If your fruit trees are growing properly this spring, you should be seeing growth like this (above) on your trees.
This time of year you should expect to see a flush of strong, healthy new growth in your trees, particularly on young trees.
Successful fruit growing is all about helping the tree to balance its energy between growing new wood and growing fruit. If it grows too much of one, it tends not to grow much of the other.
Why is it important if your fruit trees are growing properly?
Your tree needs the new wood so that new buds are continually being formed to produce next year’s fruit. In some types of trees, the buds will also form on older wood.
But you don’t want the tree to put too much energy into growing wood at the expense of putting its energy into growing fruit. Like so many things to do with fruit growing, it’s a balancing act.
Shoot length is one of the best indicators of the overall health of your tree, and spring is the time to monitor it, so visit your trees and have a look.
It’s also a great way to check in on the health of your soil and your nutrition program. Lack of growth in spring is one of the first signs that they may not be up to scratch.
What does “properly” mean?
If you see plenty of young vigorous shoots (anything from a few cm to 1 m long) you know the tree’s pretty happy. Shoot growth in spring will often depend on the type and age of the tree.
And if you’ve done a great job with your pruning, you’ll also notice that the new shoots are growing in the right place in the tree to make future fruit picking easy and manageable.
How to monitor different tree types for healthy growth
Here’s what healthy spring growth looks like in cherries:
On a young plum tree…
On a mature plum tree.
And finally, a mature apricot tree that’s growing beautifully (below).
Note the beautiful red colour of the fresh new growth, which will gradually fade through orange to green as the leaves mature.
What if my trees don’t look so good?
Sometimes, for various reasons, the leaves on your trees will not look healthy and glowing. They may have holes, diseases, or mysterious and curious markings on them.
Many times, there’s nothing to worry about. Occasionally however unhealthy looking leaves can be symptomatic of a nutritional problem, which may need a diagnosis and some prompt remedial action.
Can compost tea fix yellow leaves on your fruit tree?
Compost tea is a great tool to help fix some of the causes of yellow leaves on your fruit trees by improving the health of your soil.
How to repair broken fruit trees
Breaks in your fruit tree can often be repaired, as long as you follow a few simple guidelines and provide good follow-up care.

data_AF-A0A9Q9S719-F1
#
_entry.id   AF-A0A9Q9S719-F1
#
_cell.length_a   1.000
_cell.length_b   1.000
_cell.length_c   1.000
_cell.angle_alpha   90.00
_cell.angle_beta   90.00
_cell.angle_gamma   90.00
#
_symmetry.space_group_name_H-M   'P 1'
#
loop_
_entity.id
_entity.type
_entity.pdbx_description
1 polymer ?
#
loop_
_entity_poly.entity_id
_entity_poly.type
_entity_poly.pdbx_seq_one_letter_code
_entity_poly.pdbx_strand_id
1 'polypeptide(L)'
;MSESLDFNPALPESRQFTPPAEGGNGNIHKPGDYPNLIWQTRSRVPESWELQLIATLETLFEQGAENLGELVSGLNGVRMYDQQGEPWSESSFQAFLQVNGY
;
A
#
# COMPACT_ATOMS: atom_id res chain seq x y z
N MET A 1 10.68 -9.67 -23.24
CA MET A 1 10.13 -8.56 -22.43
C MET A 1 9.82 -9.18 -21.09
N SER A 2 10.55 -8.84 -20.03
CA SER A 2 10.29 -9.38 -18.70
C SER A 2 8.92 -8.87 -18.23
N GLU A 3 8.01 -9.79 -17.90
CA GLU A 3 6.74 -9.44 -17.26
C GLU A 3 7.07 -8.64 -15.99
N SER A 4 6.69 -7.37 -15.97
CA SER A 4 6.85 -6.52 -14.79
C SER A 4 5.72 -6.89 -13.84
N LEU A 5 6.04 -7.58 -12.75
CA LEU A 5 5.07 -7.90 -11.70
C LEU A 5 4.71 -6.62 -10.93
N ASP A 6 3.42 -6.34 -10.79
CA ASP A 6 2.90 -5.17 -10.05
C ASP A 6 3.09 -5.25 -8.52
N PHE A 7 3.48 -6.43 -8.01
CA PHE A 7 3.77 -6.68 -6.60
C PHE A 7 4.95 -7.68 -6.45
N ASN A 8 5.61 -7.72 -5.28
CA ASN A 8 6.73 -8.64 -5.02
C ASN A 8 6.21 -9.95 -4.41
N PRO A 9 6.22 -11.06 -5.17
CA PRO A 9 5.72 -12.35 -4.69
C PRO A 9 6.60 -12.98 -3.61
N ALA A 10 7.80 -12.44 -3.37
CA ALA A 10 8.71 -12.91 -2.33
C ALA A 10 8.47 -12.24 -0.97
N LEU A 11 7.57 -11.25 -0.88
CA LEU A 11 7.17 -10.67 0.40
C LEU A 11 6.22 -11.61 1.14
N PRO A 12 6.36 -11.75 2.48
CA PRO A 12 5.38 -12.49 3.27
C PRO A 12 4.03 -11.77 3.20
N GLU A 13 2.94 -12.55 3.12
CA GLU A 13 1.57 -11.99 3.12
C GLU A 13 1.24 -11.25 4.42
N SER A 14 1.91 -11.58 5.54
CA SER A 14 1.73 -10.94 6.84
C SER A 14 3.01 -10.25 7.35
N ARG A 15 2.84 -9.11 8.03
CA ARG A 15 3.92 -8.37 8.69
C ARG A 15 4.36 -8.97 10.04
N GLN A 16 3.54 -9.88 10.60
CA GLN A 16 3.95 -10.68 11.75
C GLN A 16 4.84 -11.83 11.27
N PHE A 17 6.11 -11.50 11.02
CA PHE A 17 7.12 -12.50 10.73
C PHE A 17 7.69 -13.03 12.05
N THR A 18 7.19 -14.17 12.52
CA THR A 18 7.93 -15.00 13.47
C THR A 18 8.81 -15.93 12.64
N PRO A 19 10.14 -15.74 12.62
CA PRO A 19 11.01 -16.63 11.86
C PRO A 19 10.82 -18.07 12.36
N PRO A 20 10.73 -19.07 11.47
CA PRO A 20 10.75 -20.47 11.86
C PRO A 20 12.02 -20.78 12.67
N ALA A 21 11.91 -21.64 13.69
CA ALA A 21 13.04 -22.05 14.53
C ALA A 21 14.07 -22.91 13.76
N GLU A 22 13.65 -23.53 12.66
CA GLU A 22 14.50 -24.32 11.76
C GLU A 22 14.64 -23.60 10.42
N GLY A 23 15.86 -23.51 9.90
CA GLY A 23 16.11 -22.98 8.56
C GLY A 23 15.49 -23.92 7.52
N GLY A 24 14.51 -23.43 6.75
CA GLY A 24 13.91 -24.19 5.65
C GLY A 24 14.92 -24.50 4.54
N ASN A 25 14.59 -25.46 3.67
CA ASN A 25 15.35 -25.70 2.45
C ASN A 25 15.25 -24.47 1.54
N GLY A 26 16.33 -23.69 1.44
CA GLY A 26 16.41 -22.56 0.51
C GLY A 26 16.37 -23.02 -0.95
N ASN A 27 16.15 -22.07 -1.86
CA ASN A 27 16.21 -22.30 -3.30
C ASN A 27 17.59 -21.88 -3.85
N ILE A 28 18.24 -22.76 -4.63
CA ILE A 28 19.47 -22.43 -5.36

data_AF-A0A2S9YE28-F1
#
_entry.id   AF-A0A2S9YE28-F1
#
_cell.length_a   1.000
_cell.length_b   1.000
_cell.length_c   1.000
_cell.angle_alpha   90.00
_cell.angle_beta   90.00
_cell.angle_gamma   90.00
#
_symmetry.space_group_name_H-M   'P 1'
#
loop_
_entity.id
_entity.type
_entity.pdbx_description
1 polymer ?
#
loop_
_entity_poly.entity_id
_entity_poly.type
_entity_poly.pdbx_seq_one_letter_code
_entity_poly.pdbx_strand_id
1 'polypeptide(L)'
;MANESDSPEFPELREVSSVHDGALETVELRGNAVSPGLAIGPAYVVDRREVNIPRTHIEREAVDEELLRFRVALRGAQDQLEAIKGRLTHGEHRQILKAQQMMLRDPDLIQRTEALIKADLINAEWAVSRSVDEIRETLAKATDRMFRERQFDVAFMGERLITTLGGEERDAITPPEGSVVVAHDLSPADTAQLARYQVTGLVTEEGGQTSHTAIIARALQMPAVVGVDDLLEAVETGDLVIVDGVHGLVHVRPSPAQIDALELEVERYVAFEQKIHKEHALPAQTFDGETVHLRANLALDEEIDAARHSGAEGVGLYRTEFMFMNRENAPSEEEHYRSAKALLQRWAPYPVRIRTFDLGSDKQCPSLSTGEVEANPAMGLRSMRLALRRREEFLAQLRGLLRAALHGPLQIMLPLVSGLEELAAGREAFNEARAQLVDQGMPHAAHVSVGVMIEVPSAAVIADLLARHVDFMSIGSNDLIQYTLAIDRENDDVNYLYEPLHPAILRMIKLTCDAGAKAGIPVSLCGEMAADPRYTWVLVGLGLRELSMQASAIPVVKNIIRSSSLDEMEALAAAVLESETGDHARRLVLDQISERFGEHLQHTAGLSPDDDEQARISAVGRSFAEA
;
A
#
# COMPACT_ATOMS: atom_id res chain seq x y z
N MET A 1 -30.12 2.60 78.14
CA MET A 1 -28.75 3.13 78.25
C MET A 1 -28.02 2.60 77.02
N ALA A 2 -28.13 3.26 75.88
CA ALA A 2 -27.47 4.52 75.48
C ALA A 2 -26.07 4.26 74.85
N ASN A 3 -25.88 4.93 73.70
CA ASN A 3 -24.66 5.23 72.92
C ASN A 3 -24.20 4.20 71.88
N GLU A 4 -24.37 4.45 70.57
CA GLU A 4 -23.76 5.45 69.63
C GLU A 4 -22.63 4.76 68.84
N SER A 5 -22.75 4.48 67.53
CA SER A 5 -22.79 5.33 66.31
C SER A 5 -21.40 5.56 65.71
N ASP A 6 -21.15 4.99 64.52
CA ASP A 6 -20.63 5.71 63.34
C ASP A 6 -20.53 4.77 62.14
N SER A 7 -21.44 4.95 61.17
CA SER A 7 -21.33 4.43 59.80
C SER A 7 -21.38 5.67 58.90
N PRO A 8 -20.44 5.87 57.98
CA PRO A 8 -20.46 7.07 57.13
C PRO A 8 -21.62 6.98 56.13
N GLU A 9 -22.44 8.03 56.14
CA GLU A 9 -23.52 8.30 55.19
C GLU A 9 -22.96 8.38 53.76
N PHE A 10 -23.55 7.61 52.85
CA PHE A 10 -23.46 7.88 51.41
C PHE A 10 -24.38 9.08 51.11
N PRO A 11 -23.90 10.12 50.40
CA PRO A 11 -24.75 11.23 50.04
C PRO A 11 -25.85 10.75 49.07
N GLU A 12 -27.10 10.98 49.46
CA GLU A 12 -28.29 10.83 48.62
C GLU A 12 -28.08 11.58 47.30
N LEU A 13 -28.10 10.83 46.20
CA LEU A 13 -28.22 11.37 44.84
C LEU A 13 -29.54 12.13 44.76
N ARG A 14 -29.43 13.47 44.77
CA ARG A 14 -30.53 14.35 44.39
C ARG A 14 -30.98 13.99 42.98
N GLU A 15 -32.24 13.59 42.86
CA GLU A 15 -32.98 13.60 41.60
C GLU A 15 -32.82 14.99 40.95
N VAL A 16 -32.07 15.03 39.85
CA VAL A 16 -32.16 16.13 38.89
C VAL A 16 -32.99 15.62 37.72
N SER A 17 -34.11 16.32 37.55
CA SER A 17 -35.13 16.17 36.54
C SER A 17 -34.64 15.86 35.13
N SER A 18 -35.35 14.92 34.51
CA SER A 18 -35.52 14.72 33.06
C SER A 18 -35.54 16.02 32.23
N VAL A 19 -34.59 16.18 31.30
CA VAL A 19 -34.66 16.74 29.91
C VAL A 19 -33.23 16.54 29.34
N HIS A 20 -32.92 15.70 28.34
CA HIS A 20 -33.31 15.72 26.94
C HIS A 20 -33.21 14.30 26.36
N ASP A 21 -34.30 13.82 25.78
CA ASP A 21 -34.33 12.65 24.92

How to plant a green manure crop
Prepare the soil before planting fruit trees with an autumn green manure crop, and give your fruit trees the best possible chance to thrive.
When is the best time to trim the new long spring growth?
Hi Jenny, it depends why you’d be pruning it. If your tree is young and still in the “establishment pruning” stage you could prune the tree to help create new branches in the right places, however you run the risk that you’ll stop the tree growing for this season – the earlier you do it the better, and if the tree responds well and keeps growing, you can effectively get two season’s growth in one year using this technique. For mature trees we wouldn’t normally prune this spring growth at all.
I have lace bugs on my olives. Can’t spray them all with eco-oil. What should I do.
Hi Gillian, good to hear you’re not planning to spray them all with eco-oil, as it’s possible to do more harm than good. Are they doing any actual damage to the olives or trees? In our experience there’s no point trying to get rid of pests that aren’t causing damage. Have you done our pest and disease webinar? It’s free, and explains our approach to organic control of all pests and diseases – https://growgreatfruit.com/pest-and-disease-webinar/
Water shoots are already well on their way and every year they grow really long and tall, like a couple of meters or so long. Do you remove them early before they get so long?
There’s a new pest in this area for our apple trees – myriads of green aphids on the leaves of new growth. I thought of spraying them with agricultural soap when I can get some. Or I could use oil, couldn’t I? Which would you recommend?
It depends a bit on the tree (i.e. what type, how you’re trying to structure it) and where the water shoots are in relation to the structure of the rest of your tree. If the water shoots are up really high or in a problematic spot in the tree, you could thin them or remove them. Alternatively they might be beneficial limbs for your tree so you may decide you want to keep them.
As for the green aphids – aphids will be loving all the moisture at the moment. Our first question with something like aphids is whether it’s actually doing any damage to the tree? If it’s not and you feel like you can wait, you might find that predators come along pretty soon and rebalance a population explosion. We do have a blog all about aphids if you’d like to read more! Meg – GGF team.
My self down nectarine is in trouble this year came home to find curl leaf very well established– hadn’t sprayed with copper sulphate after leaf fall but it was so bad I sprayed immediately then leaves went black & most of fruit withered & dried up. Blossoms were multiple this year but too much wet & cold in Adelaide. Nursery advised gypsum which I have done but more heavy rain. Will it survive– so disappointed
Hi Rae, there’s no reason why it won’t survive! Lots of trees having trouble with leaf curl. Have you tried pinching off some of the curled leaves? A summer prune when things dry out might help your tree bounce back well next year – we have a blog on that, https://growgreatfruit.com/summer-pruning/ along with some short courses linked there to get started. Meg – GGF team.